One tires of countering these pervasive political caricatures and the left’s hegemony in the Synod’s houses of Bishops and Clergy. People are being lost to salvation; time is precious, and life is short. The Rev’d Giles and Bishop Pete know exactly what they’re saying and precisely what they’re doing: while they minister to the poor, feed the starving and house the homeless (and they do), they cloak their left-wing politicking in the rebuke of Christ, alienating all who derive the same simple-souled inspiration to social works of compassion from quite a different political tradition or philosophy of theology. Their knowing and feeling are not inferior: in the collusion of faith with life, there are variable understandings of duties, limitations, obligations and renunciations. The right-wing monuments are just different in their hermeneutic from the left-wing movements, and somewhere between the two extremes is a richer social justice and a deeper un-thought expression of relationship which bishops and clergy ought to be fostering, not disproving.
Both left-wing and right-wing politics aspire to social goodness and expressions of Christian-ness. For sure, we might differ on means, priorities and the relative ordering of questions, and there may be greater virtue in one specific response to a particular dilemma than may be found in its political parallel. But, from Socrates to Nietzsche, the philosophy of man has erred: his insights have conflated vice with virtue and irrationalism with reason. In a representative liberal democracy, Christians who vote are bound to deal with left-wing confusions and right-wing mystification: both traditions are cloaked in respectability, and both polarities expound a pastiche of religion. But we are not dealing here with good versus evil: Parliament is not divided into into sheep and goats.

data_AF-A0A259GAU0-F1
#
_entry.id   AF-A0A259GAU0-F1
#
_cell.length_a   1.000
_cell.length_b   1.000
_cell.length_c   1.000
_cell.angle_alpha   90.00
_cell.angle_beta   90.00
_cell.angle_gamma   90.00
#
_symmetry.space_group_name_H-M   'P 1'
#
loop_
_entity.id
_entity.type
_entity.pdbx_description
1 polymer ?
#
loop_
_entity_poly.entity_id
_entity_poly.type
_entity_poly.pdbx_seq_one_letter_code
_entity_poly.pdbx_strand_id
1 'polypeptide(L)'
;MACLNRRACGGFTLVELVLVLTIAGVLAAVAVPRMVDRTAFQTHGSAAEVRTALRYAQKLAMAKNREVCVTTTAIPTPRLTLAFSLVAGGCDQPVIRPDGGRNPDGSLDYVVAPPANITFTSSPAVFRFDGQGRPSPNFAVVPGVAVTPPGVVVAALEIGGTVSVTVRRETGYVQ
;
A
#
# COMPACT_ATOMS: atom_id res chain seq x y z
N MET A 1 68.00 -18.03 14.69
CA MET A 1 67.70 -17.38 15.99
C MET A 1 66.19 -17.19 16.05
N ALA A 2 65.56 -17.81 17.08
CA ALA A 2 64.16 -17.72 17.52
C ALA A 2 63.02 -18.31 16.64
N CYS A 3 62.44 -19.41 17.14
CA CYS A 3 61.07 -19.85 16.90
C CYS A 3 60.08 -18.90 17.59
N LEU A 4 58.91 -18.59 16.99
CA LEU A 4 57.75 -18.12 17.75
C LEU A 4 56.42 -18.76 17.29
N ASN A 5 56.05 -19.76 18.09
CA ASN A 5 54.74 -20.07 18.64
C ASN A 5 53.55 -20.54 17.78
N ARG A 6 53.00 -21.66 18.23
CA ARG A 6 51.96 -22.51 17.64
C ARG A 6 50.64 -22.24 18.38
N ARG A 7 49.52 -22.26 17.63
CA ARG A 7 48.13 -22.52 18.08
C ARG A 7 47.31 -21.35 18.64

Bishops and clergy of the Church of England have a primary pastoral function and duty in this messy democratic context, and it is not to characterise as evil that which seeks to do good, and it is certainly not to foment strife and make enemies where there is none. There are many sincere Christians in Ukip – Margot Parker MEP being just one (the Church of England even has a Kipper vicar – the Rev’d Sam Norton). We may differ on the relative extents of their goodness, and interrogate vigorously their worlds of ideas and ideals. But the church which does not welcome Nigel Farage along with Nelson Mandela is simply not the Church.
Setting aside “basic Christian doctrine” (which, let’s face it, left-wing bishops and clergy routinely do where it does not conveniently accord with their interpretation of the “social gospel”), what of basic Christian praxis? One wonders, for example, whether Jesus entertained more prostitutes and tax-collectors than Giles Fraser and Pete Broadbent have ever voluntarily dined with Kippers, Thatcherites or other bigoted blots on the political landscape.